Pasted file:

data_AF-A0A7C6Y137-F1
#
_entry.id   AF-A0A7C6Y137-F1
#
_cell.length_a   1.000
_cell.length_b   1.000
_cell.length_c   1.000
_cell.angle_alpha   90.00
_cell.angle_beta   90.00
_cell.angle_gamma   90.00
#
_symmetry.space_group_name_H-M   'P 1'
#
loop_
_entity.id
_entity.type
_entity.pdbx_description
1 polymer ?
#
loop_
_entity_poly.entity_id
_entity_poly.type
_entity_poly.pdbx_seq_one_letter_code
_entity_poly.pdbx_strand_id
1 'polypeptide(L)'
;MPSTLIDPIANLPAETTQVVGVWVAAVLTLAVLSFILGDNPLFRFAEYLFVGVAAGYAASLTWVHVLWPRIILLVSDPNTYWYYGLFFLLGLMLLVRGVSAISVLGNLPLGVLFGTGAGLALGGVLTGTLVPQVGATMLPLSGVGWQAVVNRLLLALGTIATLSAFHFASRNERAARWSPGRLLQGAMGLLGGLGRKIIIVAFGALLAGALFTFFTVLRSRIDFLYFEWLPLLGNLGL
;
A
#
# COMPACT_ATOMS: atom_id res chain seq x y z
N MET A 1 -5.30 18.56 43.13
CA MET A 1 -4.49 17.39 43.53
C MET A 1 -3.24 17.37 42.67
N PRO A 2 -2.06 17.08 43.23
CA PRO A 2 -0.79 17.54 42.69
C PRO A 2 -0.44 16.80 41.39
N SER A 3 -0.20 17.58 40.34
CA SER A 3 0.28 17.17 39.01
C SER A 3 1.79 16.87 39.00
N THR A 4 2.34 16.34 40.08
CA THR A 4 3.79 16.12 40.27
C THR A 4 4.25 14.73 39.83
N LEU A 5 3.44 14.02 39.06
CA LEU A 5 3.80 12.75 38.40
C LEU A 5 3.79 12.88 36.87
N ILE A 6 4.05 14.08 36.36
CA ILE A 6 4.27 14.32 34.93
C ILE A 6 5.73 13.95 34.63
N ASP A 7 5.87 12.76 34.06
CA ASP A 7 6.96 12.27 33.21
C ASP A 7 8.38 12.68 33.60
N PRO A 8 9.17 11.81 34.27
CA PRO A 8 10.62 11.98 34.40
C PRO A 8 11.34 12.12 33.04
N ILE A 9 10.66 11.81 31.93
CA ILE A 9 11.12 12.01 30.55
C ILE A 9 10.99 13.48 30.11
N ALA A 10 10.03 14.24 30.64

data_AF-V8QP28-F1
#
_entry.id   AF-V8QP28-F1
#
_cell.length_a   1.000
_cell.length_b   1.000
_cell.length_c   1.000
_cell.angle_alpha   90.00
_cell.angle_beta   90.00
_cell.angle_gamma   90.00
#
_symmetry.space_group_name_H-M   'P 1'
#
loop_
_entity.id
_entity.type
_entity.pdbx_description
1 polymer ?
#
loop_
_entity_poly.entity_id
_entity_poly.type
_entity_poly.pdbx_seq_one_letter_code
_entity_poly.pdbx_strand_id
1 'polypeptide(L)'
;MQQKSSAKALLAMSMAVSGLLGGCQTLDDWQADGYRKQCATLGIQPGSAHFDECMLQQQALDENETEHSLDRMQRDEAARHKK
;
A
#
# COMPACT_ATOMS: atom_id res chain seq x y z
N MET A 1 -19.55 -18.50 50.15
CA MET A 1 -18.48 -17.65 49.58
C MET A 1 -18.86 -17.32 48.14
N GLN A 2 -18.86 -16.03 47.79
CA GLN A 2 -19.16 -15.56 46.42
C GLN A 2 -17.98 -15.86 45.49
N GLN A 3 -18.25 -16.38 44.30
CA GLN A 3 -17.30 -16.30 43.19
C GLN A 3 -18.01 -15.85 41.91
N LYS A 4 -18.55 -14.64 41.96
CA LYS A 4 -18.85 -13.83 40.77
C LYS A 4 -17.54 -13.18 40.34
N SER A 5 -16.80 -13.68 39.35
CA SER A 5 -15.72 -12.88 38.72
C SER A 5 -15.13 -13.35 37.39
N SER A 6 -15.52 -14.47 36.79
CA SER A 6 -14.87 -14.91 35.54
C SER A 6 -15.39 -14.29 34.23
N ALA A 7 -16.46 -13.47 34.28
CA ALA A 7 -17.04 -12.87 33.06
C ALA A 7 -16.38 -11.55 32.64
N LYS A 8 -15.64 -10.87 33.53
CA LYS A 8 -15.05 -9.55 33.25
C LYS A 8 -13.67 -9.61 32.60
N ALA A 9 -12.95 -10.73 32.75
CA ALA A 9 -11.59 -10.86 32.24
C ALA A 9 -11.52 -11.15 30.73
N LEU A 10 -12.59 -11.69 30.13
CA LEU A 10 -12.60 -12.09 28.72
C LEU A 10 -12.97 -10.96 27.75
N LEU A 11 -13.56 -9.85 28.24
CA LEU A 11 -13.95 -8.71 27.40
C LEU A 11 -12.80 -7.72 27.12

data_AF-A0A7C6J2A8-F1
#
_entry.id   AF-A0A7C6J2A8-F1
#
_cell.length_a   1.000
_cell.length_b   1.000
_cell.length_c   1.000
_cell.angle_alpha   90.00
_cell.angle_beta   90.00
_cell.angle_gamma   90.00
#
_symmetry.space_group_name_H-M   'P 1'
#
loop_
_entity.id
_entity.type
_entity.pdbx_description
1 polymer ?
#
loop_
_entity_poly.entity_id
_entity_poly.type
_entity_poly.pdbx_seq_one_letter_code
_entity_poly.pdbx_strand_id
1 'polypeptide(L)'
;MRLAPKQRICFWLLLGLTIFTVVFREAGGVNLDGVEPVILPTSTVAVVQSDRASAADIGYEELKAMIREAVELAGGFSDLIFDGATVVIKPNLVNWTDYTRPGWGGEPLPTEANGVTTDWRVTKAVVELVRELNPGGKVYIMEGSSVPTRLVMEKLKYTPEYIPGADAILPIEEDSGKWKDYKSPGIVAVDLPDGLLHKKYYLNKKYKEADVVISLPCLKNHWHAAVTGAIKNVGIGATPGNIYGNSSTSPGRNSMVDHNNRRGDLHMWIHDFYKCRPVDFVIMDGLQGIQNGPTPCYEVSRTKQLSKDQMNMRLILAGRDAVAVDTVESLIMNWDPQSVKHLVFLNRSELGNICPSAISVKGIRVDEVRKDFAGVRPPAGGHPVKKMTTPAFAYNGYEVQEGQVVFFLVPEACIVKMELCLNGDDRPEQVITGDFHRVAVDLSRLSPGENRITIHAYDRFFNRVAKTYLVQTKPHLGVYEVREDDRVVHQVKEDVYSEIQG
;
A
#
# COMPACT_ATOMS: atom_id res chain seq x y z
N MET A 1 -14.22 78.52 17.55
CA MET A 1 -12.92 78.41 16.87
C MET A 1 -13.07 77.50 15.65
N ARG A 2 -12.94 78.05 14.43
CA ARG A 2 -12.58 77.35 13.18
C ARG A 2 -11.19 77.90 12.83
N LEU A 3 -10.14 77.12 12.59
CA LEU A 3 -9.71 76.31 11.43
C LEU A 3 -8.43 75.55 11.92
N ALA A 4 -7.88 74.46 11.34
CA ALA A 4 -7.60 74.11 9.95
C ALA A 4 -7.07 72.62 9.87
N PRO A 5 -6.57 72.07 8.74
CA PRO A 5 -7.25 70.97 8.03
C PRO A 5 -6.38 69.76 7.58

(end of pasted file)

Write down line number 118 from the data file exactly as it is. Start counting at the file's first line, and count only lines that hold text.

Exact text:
C LEU A 10 -12.97 -10.96 27.75